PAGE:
Threading and threads


In Python you can create threads using the thread module in Python 2.x or _thread module in Python 3.  We will use the threading module to interact with it.

A thread is an operating system process with different features than a normal process:

  • threads exist as a subset of a process
  • threads share memory and resources
  • processes have a different address space (in memory)

When would you use threading? Usually when you want a function to occur at the same time as your program.  If you create server software, you want the server not only listens to one connection but to many connections. In short, threads enable programs to execute multiple tasks at once.

Related Courses:

Python threading

Let’s create a thread program. In this program we will start 10 threads which will each output their id.

import threading
 
# Our thread class
class MyThread (threading.Thread):
 
    def __init__(self,x):
        self.__x = x
        threading.Thread.__init__(self)
 
    def run (self):
          print str(self.__x)
 
# Start 10 threads.
for x in xrange(10):
    MyThread(x).start()

Output:

0
1
...
9

Threads do not have to stop if run once. Threads could be timed, where a threads functionality is repeated every x seconds.

Timed threads

In Python, the Timer class is a subclass of the Thread class. This means it behaves similar. We can use the timer class to create timed threads. Timers are started with the .start() method call, just like regular threads. The program below creates a thread that starts after 5 seconds.

#!/usr/bin/env python
from threading import *
 
def hello():
    print "hello, world"
 
# create thread
t = Timer(10.0, hello)
 
# start thread after 10 seconds
t.start()

Repeating functionality using threads
We can execute threads endlessly like this:

#!/usr/bin/env python
from threading import *
import time
 
def handleClient1():
    while(True):
        print "Waiting for client 1..."
        time.sleep(5) # wait 5 seconds      
 
def handleClient2():
    while(True):
        print "Waiting for client 2..."
        time.sleep(5) # wait 5 seconds
 
# create threads
t = Timer(5.0, handleClient1)
t2 = Timer(3.0, handleClient2)
 
# start threads
t.start()
t2.start()

 

Python Subprocess
Python lambda

13 thoughts on “Threading and threads

  1. Ma - July 7, 2016

    Hi,Frank
    I run the first example and get the output “Disallowed system call: SYS_pipe”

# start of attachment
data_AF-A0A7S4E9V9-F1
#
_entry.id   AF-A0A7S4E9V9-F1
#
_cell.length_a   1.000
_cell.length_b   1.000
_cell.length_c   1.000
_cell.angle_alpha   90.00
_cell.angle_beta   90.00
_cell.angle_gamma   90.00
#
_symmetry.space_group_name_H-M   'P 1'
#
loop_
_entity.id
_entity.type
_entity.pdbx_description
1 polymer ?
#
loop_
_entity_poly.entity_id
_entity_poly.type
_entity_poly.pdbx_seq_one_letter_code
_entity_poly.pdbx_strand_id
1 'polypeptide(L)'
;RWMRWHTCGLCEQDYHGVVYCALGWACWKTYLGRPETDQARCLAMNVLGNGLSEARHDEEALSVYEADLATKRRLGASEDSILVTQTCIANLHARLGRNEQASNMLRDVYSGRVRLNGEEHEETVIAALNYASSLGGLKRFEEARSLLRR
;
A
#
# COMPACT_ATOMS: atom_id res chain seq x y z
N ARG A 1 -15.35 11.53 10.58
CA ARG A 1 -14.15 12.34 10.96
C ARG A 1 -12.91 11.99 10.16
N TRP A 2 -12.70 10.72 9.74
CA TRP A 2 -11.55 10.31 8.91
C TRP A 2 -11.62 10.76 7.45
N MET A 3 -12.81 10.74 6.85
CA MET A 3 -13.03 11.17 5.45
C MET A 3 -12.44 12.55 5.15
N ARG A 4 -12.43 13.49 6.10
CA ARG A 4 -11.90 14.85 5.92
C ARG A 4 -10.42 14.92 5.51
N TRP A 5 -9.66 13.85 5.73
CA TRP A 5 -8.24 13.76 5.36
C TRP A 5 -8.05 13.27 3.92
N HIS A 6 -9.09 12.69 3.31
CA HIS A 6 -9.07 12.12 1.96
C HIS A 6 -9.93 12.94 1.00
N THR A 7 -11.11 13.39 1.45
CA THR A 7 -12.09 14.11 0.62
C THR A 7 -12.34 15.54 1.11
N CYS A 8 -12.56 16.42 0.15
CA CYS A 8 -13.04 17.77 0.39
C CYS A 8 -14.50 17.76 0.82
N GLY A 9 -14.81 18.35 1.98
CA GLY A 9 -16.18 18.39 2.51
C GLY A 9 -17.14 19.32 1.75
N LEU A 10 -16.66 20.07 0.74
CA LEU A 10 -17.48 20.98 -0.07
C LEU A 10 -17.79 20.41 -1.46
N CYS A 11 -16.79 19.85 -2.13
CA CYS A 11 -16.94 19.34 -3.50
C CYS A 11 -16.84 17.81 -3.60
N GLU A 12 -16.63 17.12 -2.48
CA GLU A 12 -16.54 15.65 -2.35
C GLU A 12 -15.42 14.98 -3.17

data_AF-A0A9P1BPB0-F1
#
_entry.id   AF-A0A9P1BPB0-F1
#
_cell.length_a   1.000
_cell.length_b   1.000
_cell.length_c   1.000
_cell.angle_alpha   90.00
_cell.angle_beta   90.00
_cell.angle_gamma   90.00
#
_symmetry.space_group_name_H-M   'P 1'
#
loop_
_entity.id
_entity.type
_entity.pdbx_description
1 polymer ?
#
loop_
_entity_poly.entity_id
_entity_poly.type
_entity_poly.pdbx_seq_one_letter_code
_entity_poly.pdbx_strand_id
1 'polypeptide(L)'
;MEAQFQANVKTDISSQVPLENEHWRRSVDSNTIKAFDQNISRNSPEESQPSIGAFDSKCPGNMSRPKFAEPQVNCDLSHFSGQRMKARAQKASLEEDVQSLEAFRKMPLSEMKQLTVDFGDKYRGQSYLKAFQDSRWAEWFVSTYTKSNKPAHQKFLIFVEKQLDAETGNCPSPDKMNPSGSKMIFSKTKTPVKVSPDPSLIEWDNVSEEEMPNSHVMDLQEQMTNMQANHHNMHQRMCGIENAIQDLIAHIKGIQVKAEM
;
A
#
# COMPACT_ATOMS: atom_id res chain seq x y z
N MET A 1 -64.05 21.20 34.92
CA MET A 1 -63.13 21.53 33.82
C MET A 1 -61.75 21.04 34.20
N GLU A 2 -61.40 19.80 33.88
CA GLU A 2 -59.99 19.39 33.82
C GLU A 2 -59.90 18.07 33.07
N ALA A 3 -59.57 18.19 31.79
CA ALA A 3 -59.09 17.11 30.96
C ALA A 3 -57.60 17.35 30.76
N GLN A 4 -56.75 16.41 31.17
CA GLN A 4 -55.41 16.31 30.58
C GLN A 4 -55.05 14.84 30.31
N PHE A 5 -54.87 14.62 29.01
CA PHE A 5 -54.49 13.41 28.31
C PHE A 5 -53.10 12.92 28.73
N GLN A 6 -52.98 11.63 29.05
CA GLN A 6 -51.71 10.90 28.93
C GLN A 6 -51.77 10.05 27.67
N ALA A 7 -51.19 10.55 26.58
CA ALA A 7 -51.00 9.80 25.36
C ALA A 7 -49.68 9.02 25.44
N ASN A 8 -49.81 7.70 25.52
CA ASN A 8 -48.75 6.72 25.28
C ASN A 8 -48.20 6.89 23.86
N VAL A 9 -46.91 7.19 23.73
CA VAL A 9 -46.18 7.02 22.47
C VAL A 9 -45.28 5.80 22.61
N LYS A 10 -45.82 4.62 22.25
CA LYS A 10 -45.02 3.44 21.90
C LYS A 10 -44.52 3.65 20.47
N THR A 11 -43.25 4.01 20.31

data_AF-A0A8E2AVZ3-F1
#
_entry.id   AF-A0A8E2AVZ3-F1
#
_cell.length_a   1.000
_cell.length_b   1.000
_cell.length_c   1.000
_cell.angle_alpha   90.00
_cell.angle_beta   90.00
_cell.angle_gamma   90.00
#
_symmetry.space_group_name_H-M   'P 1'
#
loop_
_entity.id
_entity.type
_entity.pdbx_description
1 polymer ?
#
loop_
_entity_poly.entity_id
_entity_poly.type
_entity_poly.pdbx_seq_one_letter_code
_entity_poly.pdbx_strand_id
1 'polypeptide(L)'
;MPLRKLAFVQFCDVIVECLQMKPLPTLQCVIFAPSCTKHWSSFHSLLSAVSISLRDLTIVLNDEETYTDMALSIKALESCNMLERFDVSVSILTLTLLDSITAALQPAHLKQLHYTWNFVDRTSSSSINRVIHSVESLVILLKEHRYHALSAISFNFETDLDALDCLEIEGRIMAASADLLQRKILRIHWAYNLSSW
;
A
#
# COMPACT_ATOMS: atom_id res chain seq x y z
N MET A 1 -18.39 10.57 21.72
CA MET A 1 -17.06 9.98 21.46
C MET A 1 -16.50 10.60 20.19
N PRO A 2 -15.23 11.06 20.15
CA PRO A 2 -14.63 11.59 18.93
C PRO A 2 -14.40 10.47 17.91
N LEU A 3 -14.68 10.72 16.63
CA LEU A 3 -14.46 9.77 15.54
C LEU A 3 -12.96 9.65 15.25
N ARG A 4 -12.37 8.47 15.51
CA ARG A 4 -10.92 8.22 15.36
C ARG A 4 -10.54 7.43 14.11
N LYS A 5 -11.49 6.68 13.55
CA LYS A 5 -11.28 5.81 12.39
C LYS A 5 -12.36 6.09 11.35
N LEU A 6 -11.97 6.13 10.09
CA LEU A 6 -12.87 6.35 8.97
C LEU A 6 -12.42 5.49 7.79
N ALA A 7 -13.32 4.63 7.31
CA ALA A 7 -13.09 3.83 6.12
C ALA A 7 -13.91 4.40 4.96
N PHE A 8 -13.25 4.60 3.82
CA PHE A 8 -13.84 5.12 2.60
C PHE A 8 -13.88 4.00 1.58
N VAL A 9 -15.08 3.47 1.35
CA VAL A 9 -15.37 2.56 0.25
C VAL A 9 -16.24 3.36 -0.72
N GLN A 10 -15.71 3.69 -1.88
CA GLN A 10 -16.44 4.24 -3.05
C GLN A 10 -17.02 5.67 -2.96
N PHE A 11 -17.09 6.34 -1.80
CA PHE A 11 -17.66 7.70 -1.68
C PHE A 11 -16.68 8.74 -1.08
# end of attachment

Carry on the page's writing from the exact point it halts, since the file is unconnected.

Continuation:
Should the last line “MyThread(x).start()” be changed as “MyThread(x).run()” ?

  2. Kate - May 11, 2016

    When I run the very first example, one or two of the numbers will sometimes be indented when printed out. Sometimes they will just be listed like:
    Do you know what causes this?

    1. Frank - May 14, 2016

      Threads do not always execute in chronological order, that causes the listing to be “out of order” sometimes. The indenting is may be something in the thread.

  3. Stewart - October 12, 2015

    I’m getting an Indentation error on the ‘threading.Thread.__init__(self)” line

    1. Frank - October 17, 2015

      Hi stewart, make sure to use spaces instead of tabs. The threading.Thread call needs eight spaces.

  4. Bruce - August 20, 2015

    Hi Frank!Thanks for your tutorials.In the last example,there were time.sleep() and Timer().It made me confused.Did it mean wait for 8 seconds or 10 seconds before next thread running?

    1. Frank - August 20, 2015

      Hi Bruce! time.sleep() and Timer have a different purpose: time.sleep(x) pauses the program for x seconds. Timer starts a new thread (a parallel process/program).

      In this example we start two Threads: t1 and t2. These are started after 3 and 5 seconds. When we start a thread (parallel program), we don’t want it to be finished directly so we put them in a while loop. In this loop we put some waiting time for each thread with time.sleep(). Without the waiting time, the screen would be filled with the print output.

  5. Yan - August 19, 2015

    When you excute “MyThread(x).start()”, why the function run() will also be excuted?

    1. Frank - August 19, 2015

      Hi Yan, this is usual behavior of threads. The class inherits from “threading.Thread”. You can find the source code of threading.Thread here: https://hg.python.org/cpython/file/2.7/Lib/threading.py

      We call the superclass .start() function.
      On line 745 : _start_new_thread(self.__bootstrap, ())
      On line 769 : __bootstrap()
      On line 783 : self.__bootstrap_inner()
      On line 792 : __bootstrap_inner
      On line 810 : self.run()

      In summary, it calls run() because the superclass Thread calls that function, which we may redefine when creating a Thread. I hope that helps, let me know if you have any questions.

  6. Tao - July 8, 2015

    In the Timed threads example above, shouldn’t t = Timer(5.0, hello) instead of t = Timer(10.0, hello) in order for it to start thread after 5 seconds? Is it a typo?

    1. Frank - July 8, 2015

      Hi Tao, yes this is a typo. Thanks! I will update it

  7. Alexander - July 7, 2015

    These tutorials are clear and easy to understand, great job. I’ve got some friends who could use these.

    1. Frank - July 7, 2015

      Thanks Alexander! I will write more tutorials on this site. Stay tuned